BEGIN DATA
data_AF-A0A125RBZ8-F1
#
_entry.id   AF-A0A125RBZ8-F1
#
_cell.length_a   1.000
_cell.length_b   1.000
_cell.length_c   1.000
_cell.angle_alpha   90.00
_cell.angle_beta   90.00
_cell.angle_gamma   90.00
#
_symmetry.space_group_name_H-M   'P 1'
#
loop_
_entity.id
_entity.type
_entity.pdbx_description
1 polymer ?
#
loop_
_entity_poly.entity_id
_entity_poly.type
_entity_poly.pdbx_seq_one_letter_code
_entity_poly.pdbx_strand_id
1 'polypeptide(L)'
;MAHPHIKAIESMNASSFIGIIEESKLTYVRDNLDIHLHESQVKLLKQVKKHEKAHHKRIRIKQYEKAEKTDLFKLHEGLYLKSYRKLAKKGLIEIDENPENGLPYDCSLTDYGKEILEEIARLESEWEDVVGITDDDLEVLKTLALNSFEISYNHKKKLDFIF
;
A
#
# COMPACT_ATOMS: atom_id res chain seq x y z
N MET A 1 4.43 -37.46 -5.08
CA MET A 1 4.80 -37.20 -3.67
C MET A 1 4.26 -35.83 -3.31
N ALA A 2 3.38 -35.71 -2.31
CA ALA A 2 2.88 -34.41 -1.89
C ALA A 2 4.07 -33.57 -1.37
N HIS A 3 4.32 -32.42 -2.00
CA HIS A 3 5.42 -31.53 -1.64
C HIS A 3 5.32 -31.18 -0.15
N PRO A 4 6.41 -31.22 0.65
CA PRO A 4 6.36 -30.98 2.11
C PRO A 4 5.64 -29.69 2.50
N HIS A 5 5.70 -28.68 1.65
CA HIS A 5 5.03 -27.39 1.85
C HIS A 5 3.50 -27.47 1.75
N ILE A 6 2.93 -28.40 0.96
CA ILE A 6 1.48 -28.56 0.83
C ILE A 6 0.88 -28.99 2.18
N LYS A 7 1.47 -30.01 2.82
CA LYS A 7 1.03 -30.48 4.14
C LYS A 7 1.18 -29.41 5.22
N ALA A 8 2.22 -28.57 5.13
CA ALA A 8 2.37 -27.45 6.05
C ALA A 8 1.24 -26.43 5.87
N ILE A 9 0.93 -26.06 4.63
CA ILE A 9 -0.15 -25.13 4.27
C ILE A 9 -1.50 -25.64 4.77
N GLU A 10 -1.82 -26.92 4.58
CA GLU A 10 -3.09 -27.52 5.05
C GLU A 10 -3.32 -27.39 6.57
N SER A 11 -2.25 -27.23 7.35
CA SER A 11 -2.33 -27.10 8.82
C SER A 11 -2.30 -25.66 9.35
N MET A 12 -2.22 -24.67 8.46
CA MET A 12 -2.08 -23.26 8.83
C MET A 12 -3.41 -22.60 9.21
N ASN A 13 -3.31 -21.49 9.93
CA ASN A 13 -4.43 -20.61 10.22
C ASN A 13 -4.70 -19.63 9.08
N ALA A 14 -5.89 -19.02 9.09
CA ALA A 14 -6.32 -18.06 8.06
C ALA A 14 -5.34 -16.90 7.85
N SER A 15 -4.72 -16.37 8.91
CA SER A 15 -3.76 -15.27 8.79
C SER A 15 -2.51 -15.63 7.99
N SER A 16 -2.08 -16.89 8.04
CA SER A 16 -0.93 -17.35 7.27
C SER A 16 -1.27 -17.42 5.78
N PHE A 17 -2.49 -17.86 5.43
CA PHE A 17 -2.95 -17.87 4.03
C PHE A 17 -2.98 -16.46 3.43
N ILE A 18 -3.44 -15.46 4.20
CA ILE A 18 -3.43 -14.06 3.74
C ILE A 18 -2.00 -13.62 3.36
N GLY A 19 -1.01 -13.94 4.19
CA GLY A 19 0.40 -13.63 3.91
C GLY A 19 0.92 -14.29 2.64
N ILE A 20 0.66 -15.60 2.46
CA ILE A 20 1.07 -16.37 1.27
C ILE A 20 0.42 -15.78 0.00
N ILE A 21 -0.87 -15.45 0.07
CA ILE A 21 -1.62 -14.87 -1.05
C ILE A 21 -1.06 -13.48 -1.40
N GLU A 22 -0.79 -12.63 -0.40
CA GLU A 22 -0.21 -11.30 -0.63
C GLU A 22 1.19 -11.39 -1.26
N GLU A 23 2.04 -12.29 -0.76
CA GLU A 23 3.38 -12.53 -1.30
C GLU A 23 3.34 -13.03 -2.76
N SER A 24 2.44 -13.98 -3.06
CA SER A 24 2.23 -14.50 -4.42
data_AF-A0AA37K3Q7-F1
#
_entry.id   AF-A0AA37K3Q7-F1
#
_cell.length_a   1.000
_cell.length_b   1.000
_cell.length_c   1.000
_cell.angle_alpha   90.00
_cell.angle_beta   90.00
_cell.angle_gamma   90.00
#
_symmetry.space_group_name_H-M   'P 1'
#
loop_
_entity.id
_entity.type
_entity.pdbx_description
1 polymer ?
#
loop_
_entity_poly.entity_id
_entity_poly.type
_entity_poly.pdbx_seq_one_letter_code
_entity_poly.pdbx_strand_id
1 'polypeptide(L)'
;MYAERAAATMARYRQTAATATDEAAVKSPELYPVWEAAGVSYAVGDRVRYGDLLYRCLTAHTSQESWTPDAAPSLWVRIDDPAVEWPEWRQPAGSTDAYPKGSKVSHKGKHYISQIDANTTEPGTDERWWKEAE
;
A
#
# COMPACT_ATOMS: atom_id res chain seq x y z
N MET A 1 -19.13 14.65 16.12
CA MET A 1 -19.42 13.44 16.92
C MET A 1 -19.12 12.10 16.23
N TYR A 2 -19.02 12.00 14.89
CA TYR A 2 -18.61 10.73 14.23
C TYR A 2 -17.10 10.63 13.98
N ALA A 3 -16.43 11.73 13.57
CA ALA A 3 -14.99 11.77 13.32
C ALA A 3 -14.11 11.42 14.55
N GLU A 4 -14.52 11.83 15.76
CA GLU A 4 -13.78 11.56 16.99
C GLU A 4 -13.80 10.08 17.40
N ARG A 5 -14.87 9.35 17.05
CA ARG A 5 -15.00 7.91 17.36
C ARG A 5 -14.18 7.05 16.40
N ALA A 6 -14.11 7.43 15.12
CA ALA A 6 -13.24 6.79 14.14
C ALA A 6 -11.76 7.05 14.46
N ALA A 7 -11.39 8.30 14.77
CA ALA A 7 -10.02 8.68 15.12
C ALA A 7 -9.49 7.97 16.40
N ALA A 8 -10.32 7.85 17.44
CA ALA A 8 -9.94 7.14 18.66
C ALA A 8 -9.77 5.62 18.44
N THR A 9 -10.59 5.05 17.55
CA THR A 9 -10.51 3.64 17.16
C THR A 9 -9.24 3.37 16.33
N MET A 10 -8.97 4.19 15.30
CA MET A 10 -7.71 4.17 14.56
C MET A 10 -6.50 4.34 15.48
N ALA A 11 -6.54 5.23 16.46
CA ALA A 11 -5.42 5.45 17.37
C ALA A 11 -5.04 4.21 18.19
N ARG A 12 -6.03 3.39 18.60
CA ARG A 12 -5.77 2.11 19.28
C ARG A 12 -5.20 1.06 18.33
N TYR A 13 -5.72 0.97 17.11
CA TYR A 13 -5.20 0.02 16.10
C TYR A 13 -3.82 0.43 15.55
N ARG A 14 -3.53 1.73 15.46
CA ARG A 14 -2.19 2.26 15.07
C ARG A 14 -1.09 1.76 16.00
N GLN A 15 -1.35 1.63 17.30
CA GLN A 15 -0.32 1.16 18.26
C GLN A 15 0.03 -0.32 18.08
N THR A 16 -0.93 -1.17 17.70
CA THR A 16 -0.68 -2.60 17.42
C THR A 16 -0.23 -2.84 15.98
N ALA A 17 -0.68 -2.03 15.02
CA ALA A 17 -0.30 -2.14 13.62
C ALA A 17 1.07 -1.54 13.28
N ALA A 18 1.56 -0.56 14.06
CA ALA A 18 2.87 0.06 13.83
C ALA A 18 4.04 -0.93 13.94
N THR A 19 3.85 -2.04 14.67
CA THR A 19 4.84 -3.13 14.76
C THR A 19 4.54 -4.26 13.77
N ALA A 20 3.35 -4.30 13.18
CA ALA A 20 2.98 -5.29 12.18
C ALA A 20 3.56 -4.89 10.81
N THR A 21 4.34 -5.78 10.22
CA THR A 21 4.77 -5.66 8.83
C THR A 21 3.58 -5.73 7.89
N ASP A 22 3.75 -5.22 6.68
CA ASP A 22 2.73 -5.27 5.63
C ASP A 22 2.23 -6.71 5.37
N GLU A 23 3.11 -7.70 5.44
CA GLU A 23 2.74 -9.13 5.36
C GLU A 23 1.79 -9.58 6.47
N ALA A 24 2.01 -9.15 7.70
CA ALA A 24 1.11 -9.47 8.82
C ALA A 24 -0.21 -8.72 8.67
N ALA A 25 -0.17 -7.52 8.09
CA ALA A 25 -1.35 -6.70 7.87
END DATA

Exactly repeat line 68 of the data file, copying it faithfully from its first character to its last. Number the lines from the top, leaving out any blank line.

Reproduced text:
CA ASN A 13 -4.43 -20.61 10.22